Pittsburgh, Pennsylvania – Electric vehicles (EVs) with smaller battery packs are more efficient in reducing societal costs for health care, environmental damages and oil consumption, according to a new study by researchers at Carnegie Mellon University.

Associate professor of engineering Jeremy Michalek and his co-authors report that plug-in vehicles with small battery packs and hybrid electric vehicles (HEVs) that don’t plug in can reduce life cycle effects from air emissions and enhance oil security at low or no additional cost over a lifetime, but plug-in vehicles with larger batteries are more costly and may have higher or lower emissions than HEVs, depending on where and when they are plugged in.

“Current government policy provides larger subsidies for vehicles with larger battery packs, assuming that larger is better,” Michalek said. “While larger battery packs allow plug-in vehicles to drive longer distances on electric power instead of gasoline, they are also expensive and heavy, they are underutilized when the battery capacity is larger than needed for a typical trip, they require more charging infrastructure, and they produce more emissions during manufacturing.”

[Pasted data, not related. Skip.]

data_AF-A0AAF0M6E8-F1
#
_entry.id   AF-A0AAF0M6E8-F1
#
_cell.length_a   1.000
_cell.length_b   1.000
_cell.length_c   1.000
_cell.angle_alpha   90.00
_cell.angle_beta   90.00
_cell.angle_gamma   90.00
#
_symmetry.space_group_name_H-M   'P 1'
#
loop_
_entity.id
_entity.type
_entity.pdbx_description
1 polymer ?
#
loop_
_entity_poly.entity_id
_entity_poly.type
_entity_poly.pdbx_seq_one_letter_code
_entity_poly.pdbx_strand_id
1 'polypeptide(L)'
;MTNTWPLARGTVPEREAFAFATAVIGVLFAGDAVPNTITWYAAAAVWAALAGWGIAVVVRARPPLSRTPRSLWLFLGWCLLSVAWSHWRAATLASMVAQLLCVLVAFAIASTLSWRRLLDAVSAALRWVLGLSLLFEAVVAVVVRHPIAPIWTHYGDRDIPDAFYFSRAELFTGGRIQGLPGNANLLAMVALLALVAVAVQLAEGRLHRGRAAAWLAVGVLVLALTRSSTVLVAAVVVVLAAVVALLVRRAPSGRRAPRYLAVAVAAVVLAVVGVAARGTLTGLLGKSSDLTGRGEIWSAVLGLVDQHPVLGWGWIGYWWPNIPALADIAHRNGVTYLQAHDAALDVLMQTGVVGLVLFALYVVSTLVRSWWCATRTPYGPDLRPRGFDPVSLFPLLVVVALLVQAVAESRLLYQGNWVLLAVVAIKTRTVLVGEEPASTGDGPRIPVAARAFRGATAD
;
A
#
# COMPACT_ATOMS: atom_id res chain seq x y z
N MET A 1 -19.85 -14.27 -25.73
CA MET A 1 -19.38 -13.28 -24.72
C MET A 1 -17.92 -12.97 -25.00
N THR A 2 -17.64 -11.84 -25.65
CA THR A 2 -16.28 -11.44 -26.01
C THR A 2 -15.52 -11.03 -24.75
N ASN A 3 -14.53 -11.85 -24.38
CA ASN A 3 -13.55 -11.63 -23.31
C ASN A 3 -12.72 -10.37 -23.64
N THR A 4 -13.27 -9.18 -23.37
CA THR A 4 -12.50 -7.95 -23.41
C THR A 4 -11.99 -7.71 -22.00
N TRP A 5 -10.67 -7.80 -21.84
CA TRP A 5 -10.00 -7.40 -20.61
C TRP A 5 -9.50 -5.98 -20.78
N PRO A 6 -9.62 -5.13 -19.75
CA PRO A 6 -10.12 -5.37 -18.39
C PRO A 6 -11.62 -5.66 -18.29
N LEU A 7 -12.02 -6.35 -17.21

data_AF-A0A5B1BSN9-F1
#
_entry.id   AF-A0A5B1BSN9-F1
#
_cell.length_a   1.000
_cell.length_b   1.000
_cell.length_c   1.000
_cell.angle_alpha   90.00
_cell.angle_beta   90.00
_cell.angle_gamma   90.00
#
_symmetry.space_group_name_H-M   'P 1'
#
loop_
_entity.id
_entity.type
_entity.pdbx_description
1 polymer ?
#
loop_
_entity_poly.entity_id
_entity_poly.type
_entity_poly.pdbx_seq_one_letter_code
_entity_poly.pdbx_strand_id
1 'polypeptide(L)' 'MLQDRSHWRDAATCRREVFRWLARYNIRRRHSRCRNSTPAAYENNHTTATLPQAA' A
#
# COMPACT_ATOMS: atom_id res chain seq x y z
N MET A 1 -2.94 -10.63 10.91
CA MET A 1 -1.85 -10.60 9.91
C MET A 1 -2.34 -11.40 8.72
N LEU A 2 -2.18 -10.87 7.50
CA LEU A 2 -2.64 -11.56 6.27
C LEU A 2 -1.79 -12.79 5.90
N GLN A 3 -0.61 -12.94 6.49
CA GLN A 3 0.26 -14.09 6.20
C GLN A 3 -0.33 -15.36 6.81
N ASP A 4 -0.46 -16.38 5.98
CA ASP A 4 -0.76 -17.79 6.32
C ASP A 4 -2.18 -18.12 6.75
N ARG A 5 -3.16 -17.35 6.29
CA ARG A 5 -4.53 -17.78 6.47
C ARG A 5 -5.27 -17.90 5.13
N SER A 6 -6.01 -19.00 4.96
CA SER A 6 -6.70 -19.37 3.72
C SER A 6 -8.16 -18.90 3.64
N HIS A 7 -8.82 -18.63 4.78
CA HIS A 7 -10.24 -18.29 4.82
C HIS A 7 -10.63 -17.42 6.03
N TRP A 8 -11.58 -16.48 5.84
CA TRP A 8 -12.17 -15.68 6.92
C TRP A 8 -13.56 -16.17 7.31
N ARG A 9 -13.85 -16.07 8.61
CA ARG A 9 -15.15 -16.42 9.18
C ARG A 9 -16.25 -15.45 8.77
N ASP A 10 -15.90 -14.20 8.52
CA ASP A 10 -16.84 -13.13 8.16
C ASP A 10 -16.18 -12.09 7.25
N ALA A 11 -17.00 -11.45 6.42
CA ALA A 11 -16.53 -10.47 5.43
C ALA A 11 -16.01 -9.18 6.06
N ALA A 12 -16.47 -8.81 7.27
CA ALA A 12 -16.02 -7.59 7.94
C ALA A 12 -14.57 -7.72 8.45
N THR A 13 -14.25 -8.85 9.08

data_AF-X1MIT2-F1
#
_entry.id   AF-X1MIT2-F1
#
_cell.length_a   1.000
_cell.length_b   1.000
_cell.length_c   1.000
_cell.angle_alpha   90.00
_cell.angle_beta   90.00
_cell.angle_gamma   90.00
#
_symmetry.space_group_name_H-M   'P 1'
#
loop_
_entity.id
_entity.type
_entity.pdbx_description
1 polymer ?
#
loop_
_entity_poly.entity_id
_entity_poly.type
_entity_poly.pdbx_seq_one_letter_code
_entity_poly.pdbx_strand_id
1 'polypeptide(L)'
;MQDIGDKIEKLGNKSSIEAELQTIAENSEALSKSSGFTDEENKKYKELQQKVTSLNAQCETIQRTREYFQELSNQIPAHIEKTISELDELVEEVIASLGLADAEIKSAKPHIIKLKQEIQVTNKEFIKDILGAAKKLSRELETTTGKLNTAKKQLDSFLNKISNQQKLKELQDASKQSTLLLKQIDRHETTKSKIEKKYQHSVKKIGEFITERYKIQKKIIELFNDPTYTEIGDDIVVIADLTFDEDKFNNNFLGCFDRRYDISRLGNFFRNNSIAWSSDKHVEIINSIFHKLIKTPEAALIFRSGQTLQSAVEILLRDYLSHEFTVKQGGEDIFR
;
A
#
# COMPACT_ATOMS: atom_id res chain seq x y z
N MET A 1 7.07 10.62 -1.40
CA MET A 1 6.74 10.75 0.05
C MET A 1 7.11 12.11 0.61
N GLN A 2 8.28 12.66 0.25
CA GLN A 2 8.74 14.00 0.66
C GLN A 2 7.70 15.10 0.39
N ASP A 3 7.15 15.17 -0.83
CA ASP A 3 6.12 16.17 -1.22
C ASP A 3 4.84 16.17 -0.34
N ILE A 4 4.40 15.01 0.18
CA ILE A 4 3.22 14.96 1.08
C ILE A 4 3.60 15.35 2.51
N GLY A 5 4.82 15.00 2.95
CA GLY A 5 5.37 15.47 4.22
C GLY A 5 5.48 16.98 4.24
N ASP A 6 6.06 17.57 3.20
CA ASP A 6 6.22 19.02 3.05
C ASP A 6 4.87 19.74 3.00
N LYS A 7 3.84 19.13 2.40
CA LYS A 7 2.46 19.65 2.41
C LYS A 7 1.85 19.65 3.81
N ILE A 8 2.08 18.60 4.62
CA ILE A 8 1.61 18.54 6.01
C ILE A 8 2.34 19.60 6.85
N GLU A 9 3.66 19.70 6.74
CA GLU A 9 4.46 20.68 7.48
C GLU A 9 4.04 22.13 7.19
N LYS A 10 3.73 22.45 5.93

In the U.S., the American Recovery and Reinvestment Act of 2009 provides up to US$7,500 in tax credits for up to 200,000 plug-in vehicles. “Because vehicles with larger battery packs are more expensive, fewer of them can be subsidized, and that can result in lower total benefits,” Michalek said.

Study co-author Mikhail Chester said that is possible that in the future, plug-in vehicles with large battery packs might offer the largest benefits at competitive costs “if the right factors fall into place, including sufficiently low-cost batteries, high gasoline prices, low-emission electricity and long battery life. But such a future is not certain, and in the near term, HEVs and plug-in vehicles with small battery packs provide more emissions benefits and oil displacement benefits per dollar spent.”

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